Ten years ago, body full with baby, ankles and feet belonging to some other swollen woman, I left a job I loved.
To care for a baby I loved, but did not know.
This newborn girl glowed wisdom, and she cried long, so her papa held her like a football, rocking back and forth, and her crying slowed.
I traded in affirmation and accolades and occasional measured results in the good work I did mentoring girls becoming young women. I left “professional” relationships with beautiful adolescents who smiled at me, who shared their troubles, who gave hugs and lingered when our eyes locked.
And I began life with a small and beautiful stranger. Each day, I tried to know her more, discovering layer after endless layer of the skin and mind that formed the stuff of her. I did not know what I was doing, and I felt the pain of not knowing.
I lived large chunks of days unseen — rocking, cooing, sitting on the floor with blocks, reading books, pointing to nouns, tying shoes, rubbing jelly from her chin.
I loved her with all of me, and she loved me, and yet some days I felt the pain of being unseen so deep I thought I could break.
How will I know if I am doing right? Do these everyday acts mean something? What does this little one see in me?
Who am I now that no one else is looking?
Over the last ten years of my life, through the journey of raising three glowing girls, unseen slowly has become sacred. Laying down my right to attention and acclaim, recognizing my limitations and my deep need for God — living in this blessed unseen — has become the best of good, hard joy.
The other night I left a family event at our girls’ school. I emerged from the loud gym where we’d danced the electric slide and the Irish jig, balanced peacock feathers on our hands, and walked into the quiet night air.
I drove to the home of my dear friend and writing partner, Angela.
In warm light and soft chairs, we talked about our journeys and these word lives. I told her of my prayers for growth as a writer, about a particular path I considered pursuing.
“Then why don’t you?” she asked.
“Because I am so scared of being rejected,” I said.
Feeling the words fall from my mouth surprised me. The aftertaste lingered sad and long ago.
These words were whispered thoughts during nights I wrote college essays and shored up my resume with every detail of a full and intentional life. These words were the wounds of misunderstood, feeling unwanted and forgotten.
“Let’s take a closer look at the monster in the corner,” Angela said.
“OK,” I said, taking breath.
“Maybe we’ll find it’s really more like…a Scandinavian straw horse,” she improvised, tilting her head in the direction of the docile animal in the dining room — made of bleached straw, about two feet tall, trimmed with red ribbon.
(An aside: Angela and I have since learned this is a Swedish yule goat, but no matter.)
I looked at the small creature while Angela continued, “The fear might be just like that horse. You sit on it, and it breaks.”
For so many years of life before children, fear of rejection and failure threatened to break me. I might have appeared confident in certain moments, pushing through, pursuing good things, a smile on my face.
But underneath, fear often loomed heavy, oppressive. I wondered if I failed to accomplish this goal, if I were not approved of in this way, what might that say about me?
Better keep trying and attain, so I don’t have to know.
Under my fear of rejection — whether in friendship, as a mother or writer — dwell many lies.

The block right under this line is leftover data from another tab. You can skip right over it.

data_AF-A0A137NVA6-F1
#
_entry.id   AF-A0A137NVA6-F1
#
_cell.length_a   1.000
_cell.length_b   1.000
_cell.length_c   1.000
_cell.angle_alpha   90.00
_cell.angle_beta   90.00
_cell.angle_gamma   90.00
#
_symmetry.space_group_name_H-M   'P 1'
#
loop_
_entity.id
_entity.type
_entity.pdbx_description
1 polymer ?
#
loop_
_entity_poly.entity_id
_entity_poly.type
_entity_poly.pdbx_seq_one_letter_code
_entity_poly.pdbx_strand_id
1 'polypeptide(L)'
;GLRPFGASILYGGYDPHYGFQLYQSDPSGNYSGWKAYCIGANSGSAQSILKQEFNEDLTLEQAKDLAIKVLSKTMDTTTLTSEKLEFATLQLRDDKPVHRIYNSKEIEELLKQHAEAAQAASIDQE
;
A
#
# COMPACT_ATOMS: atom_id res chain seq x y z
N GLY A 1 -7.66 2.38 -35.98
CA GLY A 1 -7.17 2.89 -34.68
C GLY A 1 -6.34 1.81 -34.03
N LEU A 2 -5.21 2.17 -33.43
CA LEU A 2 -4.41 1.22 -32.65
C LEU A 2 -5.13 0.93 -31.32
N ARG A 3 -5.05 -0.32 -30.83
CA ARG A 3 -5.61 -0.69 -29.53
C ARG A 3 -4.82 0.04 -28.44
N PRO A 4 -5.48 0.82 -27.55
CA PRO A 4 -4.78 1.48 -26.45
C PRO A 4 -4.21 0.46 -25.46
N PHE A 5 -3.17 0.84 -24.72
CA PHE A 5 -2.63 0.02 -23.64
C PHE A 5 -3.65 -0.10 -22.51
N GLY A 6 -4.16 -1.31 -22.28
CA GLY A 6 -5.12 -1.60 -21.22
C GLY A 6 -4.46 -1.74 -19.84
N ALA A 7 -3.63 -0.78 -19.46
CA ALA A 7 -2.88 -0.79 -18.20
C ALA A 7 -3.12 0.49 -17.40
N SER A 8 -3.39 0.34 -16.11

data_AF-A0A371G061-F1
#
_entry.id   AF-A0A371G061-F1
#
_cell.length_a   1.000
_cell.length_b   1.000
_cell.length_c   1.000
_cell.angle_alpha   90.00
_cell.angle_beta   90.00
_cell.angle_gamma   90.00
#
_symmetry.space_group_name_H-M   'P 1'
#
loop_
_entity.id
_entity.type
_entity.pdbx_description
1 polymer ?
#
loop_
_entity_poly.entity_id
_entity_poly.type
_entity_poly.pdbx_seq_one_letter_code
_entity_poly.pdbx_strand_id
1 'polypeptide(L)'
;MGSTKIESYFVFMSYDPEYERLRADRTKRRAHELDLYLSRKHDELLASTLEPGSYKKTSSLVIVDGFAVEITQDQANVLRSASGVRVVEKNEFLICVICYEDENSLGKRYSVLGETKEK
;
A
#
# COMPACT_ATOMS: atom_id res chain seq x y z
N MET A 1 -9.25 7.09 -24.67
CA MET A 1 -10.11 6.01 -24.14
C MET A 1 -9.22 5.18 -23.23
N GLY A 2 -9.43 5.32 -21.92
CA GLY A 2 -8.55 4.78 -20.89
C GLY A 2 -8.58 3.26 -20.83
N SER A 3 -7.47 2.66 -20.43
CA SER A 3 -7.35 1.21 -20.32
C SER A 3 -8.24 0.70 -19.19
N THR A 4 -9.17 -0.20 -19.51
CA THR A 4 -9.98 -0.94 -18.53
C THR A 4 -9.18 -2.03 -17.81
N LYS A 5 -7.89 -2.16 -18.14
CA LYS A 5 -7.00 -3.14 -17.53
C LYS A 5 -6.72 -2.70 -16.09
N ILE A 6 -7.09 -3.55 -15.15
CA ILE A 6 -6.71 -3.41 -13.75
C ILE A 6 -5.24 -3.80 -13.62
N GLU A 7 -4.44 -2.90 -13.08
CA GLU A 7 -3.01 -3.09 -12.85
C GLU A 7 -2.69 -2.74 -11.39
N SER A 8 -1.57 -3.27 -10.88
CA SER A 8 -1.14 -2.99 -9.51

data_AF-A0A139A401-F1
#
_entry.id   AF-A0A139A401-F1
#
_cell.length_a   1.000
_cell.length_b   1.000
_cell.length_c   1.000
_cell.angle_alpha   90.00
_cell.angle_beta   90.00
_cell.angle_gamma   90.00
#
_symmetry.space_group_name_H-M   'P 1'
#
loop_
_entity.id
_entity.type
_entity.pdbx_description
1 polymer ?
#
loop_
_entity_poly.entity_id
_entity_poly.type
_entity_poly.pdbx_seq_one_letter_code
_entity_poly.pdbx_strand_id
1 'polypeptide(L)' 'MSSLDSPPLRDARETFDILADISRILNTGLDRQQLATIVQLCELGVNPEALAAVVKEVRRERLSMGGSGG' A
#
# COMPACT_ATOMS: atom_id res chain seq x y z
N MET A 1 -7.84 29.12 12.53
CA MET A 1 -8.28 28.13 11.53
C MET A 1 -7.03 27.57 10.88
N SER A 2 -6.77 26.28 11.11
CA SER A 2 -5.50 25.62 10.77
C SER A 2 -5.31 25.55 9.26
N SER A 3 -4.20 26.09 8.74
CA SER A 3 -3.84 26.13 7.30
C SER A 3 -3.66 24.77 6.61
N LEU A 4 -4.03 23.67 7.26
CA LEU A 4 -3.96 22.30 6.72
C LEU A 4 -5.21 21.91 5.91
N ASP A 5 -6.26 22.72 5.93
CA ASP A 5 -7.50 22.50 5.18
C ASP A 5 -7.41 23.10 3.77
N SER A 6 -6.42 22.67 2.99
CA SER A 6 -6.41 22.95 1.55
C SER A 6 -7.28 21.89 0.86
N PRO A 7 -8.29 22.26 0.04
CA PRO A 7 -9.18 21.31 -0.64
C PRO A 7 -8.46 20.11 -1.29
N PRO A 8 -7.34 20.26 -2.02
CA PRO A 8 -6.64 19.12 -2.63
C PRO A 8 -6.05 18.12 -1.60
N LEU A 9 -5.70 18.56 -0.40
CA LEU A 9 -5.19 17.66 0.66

Like other fears, these lies masquerade as (enough) truth, worm their way into tender, dark places and grow.
When I turned 30, my husband gave me a card. On the cover is a black and white photograph of a young, curly-haired boy at an easel. He is turned toward the camera, and his lips are curled up at the corners, eyebrows slightly raised. In front of him a free mess of swirls and streaks cover canvas.
Below the image are these words by Vincent Van Gogh: “If you hear a voice within you say ‘you cannot paint,’ then by all means paint, and that voice will be silenced.”
Each time I sit down to this computer, at this desk under strings of my daughters’ artwork, each time I create pictures with words, I paint.
And each time I do it, the fear voice that tells me I cannot and should not create is silenced.
When do you hear the voice say, “you cannot paint?” When have you experienced that voice losing its power?
When I see what I do as me, and not who I am as me, I am susceptible to the fear of failure and the fear of rejection.
When I see rejection and its accompanying feelings of pain as the enemy instead of a teacher, I am susceptible to the fear.
When I believe that saying yes to showing up is saying yes to my picture of achievement, I am susceptible to the fear.
When I forget the beauty that comes from and through weakness, I am susceptible to the fear.
When I believe that being seen for what I’ve made is pride-filled and eliminates the good of the sacred unseen, I am susceptible to the fear.
When I believe I am loved because of what I do and not who I am, I am susceptible to the fear.
When I forget my safe place of shelter in God and believe I must craft my own covering, my own protection, I am susceptible to the fear.
Let me assure you…I will not allow a straw horse (or goat, for that matter) to crush me.
I cannot allow fear to reign and rule.
I’m going to look that beast in the eye.
Sit on it if necessary.
I know the end of the tale, friends. Fear does not win.
“Fear not, for I have redeemed you; I have summoned you by name; you are mine. When you pass through the waters, I will be with you; and when you pass through the rivers, they will not sweep over you. When you walk through the fire, you will not be burned; the flames will not set you ablaze. For I am the Lord, your God, the Holy One of Israel, your Savior; You are precious and honored in my sight, because I love you.” Isaiah 43:1-3